Search Results For: "flight 370"

By Jonah Shepp

Chris Goodfellow doesn’t think MH370 was hijacked:

For me, the loss of transponders and communications makes perfect sense in a fire. And there most likely was an electrical fire. In the case of a fire, the first response is to pull the main busses and restore circuits one by one until you have isolated the bad one. If they pulled the busses, the plane would go silent. It probably was a serious event and the flight crew was occupied with controlling the plane and trying to fight the fire. Aviate, navigate, and lastly, communicate is the mantra in such situations. …

What I think happened is the flight crew was overcome by smoke and the plane continued on the heading, probably on George (autopilot), until it ran out of fuel or the fire destroyed the control surfaces and it crashed. You will find it along that route–looking elsewhere is pointless.

Jeff Wise shoots down that theory:

Goodfellow’s account is emotionally compelling, and it is based on some of the most important facts that have been established so far. And it is simple—to a fault. Take other major findings of the investigation into account, and Goodfellow’s theory falls apart.

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by Jonah Shepp

The story keeps getting weirder, but there are no answers yet:

Over the weekend, the search for missing Malaysia Airlines Flight 370 became a criminal investigation as Malaysian officials said they had “conclusive” evidence that the flight had been hijacked. They also said that a final message had been received from the pilot after the plane’s signaling apparatus had been disabled, raising suspicion that the flight was intentionally diverted by crew. There have also been numerous reports this morning that plane may have flown as low as 5,000 feet, in order to avoid all radar detection, a maneuver that would require considerable skill from the pilots, while also putting the plane itself in considerable danger, as it is not designed for long travel at that altitude.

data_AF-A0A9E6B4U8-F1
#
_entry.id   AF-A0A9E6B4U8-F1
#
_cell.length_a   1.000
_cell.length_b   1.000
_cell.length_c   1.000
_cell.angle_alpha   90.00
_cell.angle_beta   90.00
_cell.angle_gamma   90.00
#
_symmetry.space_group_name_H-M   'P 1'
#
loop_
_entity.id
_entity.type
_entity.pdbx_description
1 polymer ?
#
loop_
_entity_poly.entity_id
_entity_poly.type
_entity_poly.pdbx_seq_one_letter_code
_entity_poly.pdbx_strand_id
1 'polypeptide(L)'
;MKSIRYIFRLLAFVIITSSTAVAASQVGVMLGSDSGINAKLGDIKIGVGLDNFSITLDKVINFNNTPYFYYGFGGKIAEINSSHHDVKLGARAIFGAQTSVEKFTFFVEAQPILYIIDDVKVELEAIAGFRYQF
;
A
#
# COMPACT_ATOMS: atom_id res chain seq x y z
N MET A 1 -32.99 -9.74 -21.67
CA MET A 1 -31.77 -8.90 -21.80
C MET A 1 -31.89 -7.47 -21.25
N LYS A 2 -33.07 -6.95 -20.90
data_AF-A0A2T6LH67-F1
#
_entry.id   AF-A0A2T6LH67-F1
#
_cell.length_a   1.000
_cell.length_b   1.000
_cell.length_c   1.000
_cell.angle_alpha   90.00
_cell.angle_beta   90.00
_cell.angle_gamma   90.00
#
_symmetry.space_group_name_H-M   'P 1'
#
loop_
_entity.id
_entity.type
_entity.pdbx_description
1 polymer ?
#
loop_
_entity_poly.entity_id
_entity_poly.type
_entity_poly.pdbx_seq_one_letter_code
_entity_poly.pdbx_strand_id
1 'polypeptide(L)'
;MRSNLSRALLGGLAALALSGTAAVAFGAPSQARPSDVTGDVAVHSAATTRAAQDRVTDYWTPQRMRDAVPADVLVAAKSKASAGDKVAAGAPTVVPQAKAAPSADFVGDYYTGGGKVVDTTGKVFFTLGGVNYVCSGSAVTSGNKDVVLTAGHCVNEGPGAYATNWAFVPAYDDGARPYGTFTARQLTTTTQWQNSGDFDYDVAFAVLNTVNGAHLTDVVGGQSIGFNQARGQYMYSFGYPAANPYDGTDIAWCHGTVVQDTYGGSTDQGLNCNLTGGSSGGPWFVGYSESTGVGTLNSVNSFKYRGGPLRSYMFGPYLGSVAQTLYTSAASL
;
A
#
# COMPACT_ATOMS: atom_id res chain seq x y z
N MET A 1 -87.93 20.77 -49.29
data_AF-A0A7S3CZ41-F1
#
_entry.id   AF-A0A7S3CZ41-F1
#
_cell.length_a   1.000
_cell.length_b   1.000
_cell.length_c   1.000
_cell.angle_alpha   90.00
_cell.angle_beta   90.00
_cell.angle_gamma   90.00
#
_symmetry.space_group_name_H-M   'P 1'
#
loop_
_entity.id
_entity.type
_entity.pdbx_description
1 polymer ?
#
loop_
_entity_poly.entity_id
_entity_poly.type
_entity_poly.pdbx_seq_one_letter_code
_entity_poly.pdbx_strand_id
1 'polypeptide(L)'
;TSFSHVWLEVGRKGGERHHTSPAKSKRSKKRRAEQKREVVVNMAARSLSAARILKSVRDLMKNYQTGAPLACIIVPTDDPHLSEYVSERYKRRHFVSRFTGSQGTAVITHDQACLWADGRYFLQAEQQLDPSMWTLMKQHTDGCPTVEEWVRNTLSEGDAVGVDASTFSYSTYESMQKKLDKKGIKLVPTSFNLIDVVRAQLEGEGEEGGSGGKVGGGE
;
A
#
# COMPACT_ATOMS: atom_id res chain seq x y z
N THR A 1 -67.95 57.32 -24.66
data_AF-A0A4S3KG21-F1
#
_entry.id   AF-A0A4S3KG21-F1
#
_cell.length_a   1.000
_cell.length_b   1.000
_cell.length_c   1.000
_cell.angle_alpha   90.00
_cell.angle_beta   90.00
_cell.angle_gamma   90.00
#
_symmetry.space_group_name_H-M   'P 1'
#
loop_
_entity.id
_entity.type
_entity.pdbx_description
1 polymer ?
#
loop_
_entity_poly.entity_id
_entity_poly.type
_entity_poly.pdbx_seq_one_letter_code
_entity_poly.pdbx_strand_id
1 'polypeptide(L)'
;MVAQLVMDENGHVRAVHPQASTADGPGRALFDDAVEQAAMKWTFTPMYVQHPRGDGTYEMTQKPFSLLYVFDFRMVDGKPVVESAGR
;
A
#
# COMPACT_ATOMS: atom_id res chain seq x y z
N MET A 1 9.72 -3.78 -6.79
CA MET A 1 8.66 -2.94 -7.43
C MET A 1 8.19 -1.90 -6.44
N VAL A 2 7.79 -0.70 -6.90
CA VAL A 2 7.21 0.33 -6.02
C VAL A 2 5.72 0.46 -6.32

Passing along the map seen below, Derek Thompson notes that the clues about where the plane might be are still very broad:

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Jeff Wise finds it very odd that we still have no idea what happened to the plane:

Past air crashes have always turned up some definitive evidence by this stage of the proceedings. This incident (frankly, we’re not even 100 percent sure it is a crash) is different. So far, no debris field has been found, the Pentagon reports that it detected no midair explosions in the area, and Malaysian authorities have issued contradictory statements about what primary-radar tracks they may or may not have observed. Based on the vast search area, it appears that authorities believe that the plane may have been deliberately flown far from its original heading. If that’s the case, then whoever redirected the plane might well have timed its abduction to coincide with the period when it would have slipped out of sight of the air traffic control system anyway—presumed to be operating normally, but actually veiled in the fog of unknowability.

Ben Branstetter discusses how better technology could prevent such fiascos:

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Adam Minter points out that the pollution in the South China Sea is complicating the search for the missing plane: